Practice certification of any type provides a foundation of standards to which a practice can aspire. Take AAHA, for instance. As of 2020, there are 982 standards, of which 87 are mandatory and you must obtain a passing grade in each of the 19 categories of standards in order to successfully obtain accreditation.   The process of going through these standards and assessing your hospital, even if it is only once every three years, assures that you are at least exposed to "best practices" in each area of your hospital. Without this type of roadmap, how will you keep up and know what the appropriate standard of care is in each area?

As veterinarians, we are proud of our diverse education. We are simultaneously ophthalmologists, dermatologists, internists, etc., across a variety of species. There is no possible way that we can maintain expertise in all of these areas without extensive ongoing education. What we learned in school years ago is not necessarily the current standard, so we need to keep up with our continuing education in order to be effective practitioners.

The standards that AAHA publishes serve as a similar form of Continuing Education for all of the different areas of practice. Without these, how will you know what the current standards of care for your practice are? Are you meeting current standards for OSHA, for controlled drugs, for record keeping or patient care, for instance? Your practice might maintain standards of care, but will you be progressing and keeping up with changes in our profession, without being pushed to do so? We learn best practices and improve our systems every time we go through re-accreditation!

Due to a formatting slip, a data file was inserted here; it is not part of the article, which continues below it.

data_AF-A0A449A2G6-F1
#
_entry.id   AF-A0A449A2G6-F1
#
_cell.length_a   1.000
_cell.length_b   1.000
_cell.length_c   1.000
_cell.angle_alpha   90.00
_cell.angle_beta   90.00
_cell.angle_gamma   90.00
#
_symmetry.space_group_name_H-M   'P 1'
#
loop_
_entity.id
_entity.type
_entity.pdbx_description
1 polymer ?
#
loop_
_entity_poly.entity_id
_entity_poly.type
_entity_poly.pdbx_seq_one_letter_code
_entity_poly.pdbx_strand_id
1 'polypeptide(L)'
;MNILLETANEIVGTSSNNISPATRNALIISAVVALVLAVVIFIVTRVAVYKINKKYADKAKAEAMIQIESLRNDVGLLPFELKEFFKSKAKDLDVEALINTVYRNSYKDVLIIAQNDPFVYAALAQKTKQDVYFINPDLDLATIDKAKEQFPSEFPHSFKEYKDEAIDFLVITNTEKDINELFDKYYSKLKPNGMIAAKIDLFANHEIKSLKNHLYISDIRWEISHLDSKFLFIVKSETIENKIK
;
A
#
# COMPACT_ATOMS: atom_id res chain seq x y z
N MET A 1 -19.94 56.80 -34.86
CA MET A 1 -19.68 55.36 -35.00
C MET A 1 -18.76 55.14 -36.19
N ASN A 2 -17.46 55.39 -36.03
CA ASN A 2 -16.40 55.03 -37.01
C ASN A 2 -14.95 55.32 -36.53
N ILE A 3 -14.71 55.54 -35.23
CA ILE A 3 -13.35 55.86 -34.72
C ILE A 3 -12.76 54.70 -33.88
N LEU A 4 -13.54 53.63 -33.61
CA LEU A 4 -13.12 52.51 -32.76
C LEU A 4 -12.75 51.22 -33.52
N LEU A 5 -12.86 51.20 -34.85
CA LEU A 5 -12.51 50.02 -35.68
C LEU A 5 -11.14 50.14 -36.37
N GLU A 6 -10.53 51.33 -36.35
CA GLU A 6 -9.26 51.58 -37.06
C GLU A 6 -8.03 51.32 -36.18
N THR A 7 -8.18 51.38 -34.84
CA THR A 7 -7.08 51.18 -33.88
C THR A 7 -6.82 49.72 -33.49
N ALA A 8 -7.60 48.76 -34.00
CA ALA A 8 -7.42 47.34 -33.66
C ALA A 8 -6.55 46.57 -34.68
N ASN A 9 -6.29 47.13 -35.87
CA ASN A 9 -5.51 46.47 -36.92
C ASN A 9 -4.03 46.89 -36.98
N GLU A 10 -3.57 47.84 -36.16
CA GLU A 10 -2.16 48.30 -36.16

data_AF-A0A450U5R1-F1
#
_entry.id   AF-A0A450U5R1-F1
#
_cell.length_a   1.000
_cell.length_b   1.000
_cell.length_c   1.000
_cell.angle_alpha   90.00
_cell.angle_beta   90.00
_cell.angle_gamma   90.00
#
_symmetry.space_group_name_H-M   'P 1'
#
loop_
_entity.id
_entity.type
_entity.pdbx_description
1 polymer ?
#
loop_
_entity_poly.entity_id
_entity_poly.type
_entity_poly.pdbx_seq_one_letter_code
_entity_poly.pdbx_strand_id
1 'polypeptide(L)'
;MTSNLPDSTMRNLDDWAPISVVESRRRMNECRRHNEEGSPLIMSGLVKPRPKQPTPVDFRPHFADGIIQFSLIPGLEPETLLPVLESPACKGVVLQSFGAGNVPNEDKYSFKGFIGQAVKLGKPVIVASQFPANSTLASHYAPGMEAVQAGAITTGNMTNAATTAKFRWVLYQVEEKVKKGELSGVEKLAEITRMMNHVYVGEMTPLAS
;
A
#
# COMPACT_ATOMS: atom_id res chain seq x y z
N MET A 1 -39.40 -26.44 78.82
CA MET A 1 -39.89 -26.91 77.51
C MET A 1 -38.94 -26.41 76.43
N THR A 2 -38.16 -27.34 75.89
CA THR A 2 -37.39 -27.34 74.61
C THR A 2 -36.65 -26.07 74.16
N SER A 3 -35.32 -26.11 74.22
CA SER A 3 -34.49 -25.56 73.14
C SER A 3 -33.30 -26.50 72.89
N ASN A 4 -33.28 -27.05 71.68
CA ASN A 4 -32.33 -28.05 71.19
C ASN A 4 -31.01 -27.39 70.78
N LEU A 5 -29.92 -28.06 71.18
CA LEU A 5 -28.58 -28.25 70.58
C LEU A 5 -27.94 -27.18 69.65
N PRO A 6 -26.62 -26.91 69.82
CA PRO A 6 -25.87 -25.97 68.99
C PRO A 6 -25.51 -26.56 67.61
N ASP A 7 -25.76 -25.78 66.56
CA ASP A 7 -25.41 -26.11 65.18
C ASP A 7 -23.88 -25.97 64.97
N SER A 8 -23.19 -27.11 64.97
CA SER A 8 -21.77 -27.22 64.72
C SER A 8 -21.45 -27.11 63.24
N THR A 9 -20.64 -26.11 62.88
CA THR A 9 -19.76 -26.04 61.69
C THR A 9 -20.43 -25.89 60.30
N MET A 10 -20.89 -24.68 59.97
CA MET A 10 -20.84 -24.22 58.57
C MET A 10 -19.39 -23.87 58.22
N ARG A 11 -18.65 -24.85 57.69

With Fear Free Certification, Low-Stress Handling Certification, and Cat-Friendly Certification, your hospital is required to meet certain standards, which include specific ongoing education for your staff. These hospital-wide certifications lead to culture changes and a source of practice identity and pride that individual certifications do not. This culture change creates a better workplace with higher staff satisfaction, more loyalty and reduced staff turnover.